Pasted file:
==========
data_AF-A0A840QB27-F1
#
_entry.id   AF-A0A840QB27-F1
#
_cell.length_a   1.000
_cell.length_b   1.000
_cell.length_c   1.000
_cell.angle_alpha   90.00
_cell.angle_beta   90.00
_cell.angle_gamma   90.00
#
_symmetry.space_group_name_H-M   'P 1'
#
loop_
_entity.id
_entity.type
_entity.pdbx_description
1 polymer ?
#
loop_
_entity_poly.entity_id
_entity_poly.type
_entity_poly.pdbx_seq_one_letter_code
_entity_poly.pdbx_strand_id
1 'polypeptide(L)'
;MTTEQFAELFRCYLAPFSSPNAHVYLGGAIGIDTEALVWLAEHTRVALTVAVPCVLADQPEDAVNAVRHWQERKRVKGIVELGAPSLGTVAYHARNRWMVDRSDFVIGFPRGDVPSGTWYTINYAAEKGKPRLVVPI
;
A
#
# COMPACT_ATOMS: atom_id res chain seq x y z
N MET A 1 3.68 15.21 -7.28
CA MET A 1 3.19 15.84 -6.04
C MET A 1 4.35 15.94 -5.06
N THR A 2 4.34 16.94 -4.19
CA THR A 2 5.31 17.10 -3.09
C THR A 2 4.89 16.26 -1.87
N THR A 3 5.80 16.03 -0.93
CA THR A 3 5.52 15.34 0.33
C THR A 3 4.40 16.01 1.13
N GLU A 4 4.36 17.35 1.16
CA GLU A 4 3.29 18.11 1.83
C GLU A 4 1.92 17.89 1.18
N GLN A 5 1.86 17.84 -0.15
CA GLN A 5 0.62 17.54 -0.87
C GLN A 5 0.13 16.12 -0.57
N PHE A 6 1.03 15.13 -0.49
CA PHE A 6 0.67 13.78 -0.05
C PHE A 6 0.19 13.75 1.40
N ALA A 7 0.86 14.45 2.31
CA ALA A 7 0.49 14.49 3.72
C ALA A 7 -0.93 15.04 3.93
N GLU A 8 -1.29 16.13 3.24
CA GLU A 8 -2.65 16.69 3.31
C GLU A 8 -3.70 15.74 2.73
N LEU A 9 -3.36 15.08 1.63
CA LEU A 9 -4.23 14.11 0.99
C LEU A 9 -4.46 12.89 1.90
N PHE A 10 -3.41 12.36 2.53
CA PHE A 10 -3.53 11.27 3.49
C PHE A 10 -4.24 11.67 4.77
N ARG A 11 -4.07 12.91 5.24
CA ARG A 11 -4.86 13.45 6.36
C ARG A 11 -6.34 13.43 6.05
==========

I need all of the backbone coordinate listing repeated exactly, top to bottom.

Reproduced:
data_AF-A0A840QB27-F1
#
_entry.id   AF-A0A840QB27-F1
#
_cell.length_a   1.000
_cell.length_b   1.000
_cell.length_c   1.000
_cell.angle_alpha   90.00
_cell.angle_beta   90.00
_cell.angle_gamma   90.00
#
_symmetry.space_group_name_H-M   'P 1'
#
loop_
_entity.id
_entity.type
_entity.pdbx_description
1 polymer ?
#
loop_
_entity_poly.entity_id
_entity_poly.type
_entity_poly.pdbx_seq_one_letter_code
_entity_poly.pdbx_strand_id
1 'polypeptide(L)'
;MTTEQFAELFRCYLAPFSSPNAHVYLGGAIGIDTEALVWLAEHTRVALTVAVPCVLADQPEDAVNAVRHWQERKRVKGIVELGAPSLGTVAYHARNRWMVDRSDFVIGFPRGDVPSGTWYTINYAAEKGKPRLVVPI
;
A
#
# COMPACT_ATOMS: atom_id res chain seq x y z
N MET A 1 3.68 15.21 -7.28
CA MET A 1 3.19 15.84 -6.04
C MET A 1 4.35 15.94 -5.06
N THR A 2 4.34 16.94 -4.19
CA THR A 2 5.31 17.10 -3.09
C THR A 2 4.89 16.26 -1.87
N THR A 3 5.80 16.03 -0.93
CA THR A 3 5.52 15.34 0.33
C THR A 3 4.40 16.01 1.13
N GLU A 4 4.36 17.35 1.16
CA GLU A 4 3.29 18.11 1.83
C GLU A 4 1.92 17.89 1.18
N GLN A 5 1.86 17.84 -0.15
CA GLN A 5 0.62 17.54 -0.87
C GLN A 5 0.13 16.12 -0.57
N PHE A 6 1.03 15.13 -0.49
CA PHE A 6 0.67 13.78 -0.05
C PHE A 6 0.19 13.75 1.40
N ALA A 7 0.86 14.45 2.31
CA ALA A 7 0.49 14.49 3.72
C ALA A 7 -0.93 15.04 3.93
N GLU A 8 -1.29 16.13 3.24
CA GLU A 8 -2.65 16.69 3.31
C GLU A 8 -3.70 15.74 2.73
N LEU A 9 -3.36 15.08 1.63
CA LEU A 9 -4.23 14.11 0.99
C LEU A 9 -4.46 12.89 1.90
N PHE A 10 -3.41 12.36 2.53
CA PHE A 10 -3.53 11.27 3.49
C PHE A 10 -4.24 11.67 4.77
N ARG A 11 -4.07 12.91 5.24
CA ARG A 11 -4.86 13.45 6.36
C ARG A 11 -6.34 13.43 6.05